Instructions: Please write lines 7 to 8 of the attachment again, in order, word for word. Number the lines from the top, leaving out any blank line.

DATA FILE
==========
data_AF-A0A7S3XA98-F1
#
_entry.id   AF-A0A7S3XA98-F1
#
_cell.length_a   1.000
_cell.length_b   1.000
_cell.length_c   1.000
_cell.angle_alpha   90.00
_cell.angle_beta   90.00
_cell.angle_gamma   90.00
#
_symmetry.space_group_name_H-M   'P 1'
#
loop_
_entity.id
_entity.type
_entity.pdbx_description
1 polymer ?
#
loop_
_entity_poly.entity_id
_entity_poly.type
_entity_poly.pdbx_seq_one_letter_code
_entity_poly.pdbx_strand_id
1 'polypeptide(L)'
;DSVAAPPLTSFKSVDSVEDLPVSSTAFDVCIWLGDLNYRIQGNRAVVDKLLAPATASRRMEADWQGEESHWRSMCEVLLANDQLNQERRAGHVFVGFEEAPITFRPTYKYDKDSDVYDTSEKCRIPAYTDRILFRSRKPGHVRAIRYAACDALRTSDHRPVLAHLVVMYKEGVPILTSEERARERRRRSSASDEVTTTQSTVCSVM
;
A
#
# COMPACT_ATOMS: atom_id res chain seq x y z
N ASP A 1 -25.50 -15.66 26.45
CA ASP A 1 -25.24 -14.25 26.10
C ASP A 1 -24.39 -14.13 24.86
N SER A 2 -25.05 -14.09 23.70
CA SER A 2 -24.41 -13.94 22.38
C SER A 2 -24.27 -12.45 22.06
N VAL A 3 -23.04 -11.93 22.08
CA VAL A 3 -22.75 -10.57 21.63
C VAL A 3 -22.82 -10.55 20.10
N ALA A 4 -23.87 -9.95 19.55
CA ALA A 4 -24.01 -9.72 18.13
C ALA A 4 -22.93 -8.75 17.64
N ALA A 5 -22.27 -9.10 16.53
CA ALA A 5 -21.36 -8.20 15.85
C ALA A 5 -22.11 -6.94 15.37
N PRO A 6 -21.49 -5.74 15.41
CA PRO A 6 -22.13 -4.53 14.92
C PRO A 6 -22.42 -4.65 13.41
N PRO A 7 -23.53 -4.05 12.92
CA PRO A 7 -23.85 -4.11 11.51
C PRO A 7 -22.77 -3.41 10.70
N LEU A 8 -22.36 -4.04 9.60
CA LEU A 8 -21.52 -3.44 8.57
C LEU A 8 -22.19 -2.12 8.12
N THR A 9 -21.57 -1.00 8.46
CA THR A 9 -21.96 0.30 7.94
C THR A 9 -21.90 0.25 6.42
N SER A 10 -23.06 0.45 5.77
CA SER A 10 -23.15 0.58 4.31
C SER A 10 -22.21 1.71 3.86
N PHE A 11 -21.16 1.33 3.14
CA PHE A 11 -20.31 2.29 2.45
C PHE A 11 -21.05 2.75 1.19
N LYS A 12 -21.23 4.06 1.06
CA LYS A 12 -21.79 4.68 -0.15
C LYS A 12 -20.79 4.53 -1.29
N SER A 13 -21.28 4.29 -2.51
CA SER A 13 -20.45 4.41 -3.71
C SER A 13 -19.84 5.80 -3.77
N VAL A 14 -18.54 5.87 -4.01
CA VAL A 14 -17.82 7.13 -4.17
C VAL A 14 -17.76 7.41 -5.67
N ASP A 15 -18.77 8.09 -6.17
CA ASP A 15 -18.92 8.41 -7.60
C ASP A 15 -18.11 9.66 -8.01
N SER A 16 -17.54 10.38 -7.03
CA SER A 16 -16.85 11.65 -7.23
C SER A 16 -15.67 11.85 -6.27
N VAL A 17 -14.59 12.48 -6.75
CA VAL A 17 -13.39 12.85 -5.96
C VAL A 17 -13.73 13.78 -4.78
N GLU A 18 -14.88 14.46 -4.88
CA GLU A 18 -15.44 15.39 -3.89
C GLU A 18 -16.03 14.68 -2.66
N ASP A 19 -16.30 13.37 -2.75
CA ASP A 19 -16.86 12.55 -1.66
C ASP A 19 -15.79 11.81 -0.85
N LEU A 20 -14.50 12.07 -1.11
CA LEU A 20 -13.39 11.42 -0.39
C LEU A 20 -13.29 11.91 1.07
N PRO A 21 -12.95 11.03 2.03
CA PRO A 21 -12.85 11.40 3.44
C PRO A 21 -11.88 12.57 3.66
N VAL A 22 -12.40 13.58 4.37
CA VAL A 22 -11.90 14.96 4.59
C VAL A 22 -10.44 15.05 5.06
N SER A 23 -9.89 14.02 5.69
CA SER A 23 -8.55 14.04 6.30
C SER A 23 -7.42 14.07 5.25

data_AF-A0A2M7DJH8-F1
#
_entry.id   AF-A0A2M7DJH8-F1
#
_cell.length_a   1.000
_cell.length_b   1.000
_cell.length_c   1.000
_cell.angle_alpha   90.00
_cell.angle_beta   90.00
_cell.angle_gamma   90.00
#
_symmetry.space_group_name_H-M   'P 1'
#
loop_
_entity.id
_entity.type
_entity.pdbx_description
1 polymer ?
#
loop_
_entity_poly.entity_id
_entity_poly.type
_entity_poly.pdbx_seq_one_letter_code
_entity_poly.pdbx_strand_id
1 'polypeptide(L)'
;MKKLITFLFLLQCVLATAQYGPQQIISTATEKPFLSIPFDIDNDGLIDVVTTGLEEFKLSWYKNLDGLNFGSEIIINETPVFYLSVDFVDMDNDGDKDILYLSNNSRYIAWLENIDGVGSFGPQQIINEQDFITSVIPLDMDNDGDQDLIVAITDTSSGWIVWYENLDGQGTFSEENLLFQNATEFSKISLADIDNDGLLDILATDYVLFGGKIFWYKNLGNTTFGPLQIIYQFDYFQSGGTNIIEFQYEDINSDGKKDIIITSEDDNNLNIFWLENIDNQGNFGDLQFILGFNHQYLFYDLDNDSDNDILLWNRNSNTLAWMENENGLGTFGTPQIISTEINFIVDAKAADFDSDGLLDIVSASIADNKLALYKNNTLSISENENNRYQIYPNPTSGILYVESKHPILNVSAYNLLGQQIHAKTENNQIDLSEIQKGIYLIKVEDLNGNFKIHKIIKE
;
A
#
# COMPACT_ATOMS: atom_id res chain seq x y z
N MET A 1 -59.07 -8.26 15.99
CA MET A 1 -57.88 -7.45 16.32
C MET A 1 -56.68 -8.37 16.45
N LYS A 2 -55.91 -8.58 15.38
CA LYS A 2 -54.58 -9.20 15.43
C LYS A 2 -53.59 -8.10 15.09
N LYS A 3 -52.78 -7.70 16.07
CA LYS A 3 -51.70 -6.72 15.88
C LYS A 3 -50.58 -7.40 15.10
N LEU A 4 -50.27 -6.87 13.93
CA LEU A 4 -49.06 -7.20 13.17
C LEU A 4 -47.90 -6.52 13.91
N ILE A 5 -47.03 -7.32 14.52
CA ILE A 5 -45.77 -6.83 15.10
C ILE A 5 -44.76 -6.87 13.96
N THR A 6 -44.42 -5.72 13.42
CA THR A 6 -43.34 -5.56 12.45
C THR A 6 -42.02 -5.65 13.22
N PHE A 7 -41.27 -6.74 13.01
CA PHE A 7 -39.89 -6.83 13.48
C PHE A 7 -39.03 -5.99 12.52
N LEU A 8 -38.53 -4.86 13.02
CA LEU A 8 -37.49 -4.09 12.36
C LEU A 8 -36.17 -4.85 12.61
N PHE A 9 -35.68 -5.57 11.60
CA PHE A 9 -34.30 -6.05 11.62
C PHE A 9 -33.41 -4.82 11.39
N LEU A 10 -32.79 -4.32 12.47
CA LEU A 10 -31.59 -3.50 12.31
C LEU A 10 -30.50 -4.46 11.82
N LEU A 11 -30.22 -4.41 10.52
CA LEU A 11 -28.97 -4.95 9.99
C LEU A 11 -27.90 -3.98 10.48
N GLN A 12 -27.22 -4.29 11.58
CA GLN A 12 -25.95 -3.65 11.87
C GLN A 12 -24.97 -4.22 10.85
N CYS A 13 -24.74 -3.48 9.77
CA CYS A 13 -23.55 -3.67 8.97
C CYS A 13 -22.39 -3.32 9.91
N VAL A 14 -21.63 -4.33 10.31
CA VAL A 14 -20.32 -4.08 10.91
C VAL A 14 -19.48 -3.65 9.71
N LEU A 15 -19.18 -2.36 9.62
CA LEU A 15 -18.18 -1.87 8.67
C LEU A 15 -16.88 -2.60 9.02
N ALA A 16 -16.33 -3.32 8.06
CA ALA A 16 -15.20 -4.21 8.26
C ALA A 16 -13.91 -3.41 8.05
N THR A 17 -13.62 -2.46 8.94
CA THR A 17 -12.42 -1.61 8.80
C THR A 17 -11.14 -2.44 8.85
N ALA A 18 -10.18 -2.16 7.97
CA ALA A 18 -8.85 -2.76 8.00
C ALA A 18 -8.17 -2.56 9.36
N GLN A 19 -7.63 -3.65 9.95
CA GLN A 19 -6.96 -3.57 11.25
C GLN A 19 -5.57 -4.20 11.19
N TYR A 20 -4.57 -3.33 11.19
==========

_cell.length_c   1.000
_cell.angle_alpha   90.00